Bristol / London: The Funeral

We had arranged to breakfast with H,M,A and J at 7.30 on the Friday morning so I was up early enough to shower and dry my hair first, then Billy had his. We both put on yesterday’s clothes for breakfast though – just in case of accidents. Once again Billy’s cousins helped make the meal go down and the boys were in good form – I think they ate the entire hotel’s allocation of yoghurts between them!

We had worked out that we needed to leave the hotel by 9am but by 8.30am we still hadn’t heard from Raji and couldn’t get hold of him. (We had his suit, remember!) We finished getting ready ourselves and decided that if Raji still hadn’t arrived, we’d check out, but leave his suit at the hotel for him – then he finally arrived at just gone 8.45am – without having had a shower and wanting to use ours! Then we had a call from Billy’s Aunt, asking us to get a book in which people could write condolence messages! AGH! The funeral was at 10 am! I went and got an extra towel from reception and saw Billy’s cousins down there and told them about Raji just arriving and about his Aunt’s call. They immediately volunteered to set off straight away and get a book for us – what absolute stars. 🙂 I went back to the room and Raji asked me for some shampoo! (HOW has this man ever survived alone all his adult life?! ) Billy had just left to put our bags in the car so our toiletries were no longer with us and the hotel dis not supply any. I suggested he use shower gel this once – only to be told he didn’t have any of that either! Eventually, I remembered that I was a good Girl Guide and kept a little “Be Prepared” kit in my bag – complete with sachet of “hair and body shampoo“. Leaving Raji and his cousin J to check out for us, we set off to the church in a taxi.

    PART 1: Bristol

We arrived at the ideal time and were present to greet most people as they arrived. G and J, (Cousin M’s parents) had come up from Dorset to offer their support (they are almost surrogate parents to Billy and Raji and very much loved) which was wonderful of them. Billy’s Uncle J, (his late dad’s brother) and his wife also came, which again was much appreciated and they hadn’t seen each other for a long time (just due to life getting in the way.) There were friends from Bristol who had supported Rani through her illness, friends from the early days of Billy’s parents’ marriage, living in Brunei, members of the church congregation who knew Rani, and of course, the family of her siblings, nieces and nephews who had travelled down from London.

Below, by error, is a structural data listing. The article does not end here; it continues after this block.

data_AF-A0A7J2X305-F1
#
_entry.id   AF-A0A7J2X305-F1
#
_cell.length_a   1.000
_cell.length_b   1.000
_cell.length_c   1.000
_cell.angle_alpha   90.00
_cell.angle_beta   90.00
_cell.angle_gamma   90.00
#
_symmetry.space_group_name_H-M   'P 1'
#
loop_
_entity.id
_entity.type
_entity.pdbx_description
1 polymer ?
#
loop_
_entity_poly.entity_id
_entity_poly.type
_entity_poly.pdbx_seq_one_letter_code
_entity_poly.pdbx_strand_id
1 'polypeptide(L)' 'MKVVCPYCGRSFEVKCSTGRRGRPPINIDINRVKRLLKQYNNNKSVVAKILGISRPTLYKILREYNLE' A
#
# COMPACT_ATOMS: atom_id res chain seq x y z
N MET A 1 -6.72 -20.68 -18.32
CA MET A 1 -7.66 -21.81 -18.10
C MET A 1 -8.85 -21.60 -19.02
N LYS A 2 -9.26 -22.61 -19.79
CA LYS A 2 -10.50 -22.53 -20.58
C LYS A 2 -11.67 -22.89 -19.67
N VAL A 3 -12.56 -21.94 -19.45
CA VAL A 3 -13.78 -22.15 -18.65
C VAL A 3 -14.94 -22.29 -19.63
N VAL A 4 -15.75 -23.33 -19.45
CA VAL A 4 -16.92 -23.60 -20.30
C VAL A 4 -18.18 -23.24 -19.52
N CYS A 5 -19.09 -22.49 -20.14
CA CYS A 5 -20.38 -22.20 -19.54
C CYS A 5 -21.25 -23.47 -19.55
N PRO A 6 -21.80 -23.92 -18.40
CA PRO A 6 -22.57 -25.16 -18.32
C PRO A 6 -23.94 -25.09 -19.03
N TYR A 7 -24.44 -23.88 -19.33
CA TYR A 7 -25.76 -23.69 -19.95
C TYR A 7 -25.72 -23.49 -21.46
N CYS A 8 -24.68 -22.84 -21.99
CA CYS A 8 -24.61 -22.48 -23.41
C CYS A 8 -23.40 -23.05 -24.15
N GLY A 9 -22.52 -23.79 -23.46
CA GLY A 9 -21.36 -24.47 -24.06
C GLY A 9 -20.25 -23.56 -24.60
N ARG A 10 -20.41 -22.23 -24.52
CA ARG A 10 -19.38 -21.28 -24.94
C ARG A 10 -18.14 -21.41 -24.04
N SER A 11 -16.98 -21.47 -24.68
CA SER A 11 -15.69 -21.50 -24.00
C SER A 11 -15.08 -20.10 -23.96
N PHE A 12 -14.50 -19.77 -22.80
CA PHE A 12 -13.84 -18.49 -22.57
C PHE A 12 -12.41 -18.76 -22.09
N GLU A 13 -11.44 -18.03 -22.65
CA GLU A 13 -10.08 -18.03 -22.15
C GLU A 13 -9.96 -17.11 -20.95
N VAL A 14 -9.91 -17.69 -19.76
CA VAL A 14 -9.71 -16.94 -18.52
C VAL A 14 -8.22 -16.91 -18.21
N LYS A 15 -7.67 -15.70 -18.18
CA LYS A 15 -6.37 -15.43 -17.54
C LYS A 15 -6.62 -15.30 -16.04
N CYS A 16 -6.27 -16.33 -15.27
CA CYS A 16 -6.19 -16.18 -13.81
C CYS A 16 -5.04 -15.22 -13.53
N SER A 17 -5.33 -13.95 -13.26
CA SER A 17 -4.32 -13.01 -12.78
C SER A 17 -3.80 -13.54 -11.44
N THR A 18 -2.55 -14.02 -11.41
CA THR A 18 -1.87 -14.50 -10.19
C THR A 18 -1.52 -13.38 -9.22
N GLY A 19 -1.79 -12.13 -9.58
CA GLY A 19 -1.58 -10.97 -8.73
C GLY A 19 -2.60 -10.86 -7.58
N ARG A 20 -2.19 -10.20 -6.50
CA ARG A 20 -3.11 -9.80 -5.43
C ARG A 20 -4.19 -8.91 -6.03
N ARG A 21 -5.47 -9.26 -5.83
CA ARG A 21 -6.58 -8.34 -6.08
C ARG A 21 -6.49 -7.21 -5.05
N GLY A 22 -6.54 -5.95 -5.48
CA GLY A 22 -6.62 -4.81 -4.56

We all started getting twitchy as 10am approached and there was still no sign of Raji and J, and indeed, the hearse with Rani arrived before them. This was a bit of a problem since Billy’s family always have their coffin borne into the church by the male relatives, so Raji was needed. Fortunately he arrived just moments later, so I went inside to sit ready for Billy and Raji to join me.

The church was beautiful and we could imagine Rani appreciating it as she worshipped. The vicar knew her well, from her visits to the church and his to her home and bedside, so was able to make the service very personal which was an extra comfort to everyone. It was quite a long service with several hymns, a Reading from Raji, a word from C and H, the two nieces (aged 11 and 9), the main tribute from Billy, a poem from Rani’s sister C and a final Reading from a friend. It was perfect for Rani, and therefore perfect as a whole. Billy had fretted over his tribute and had not managed to write anything down – but what he said was brilliant! From the heart, in keeping with both his and her characters, and he received many compliments on a job very well done.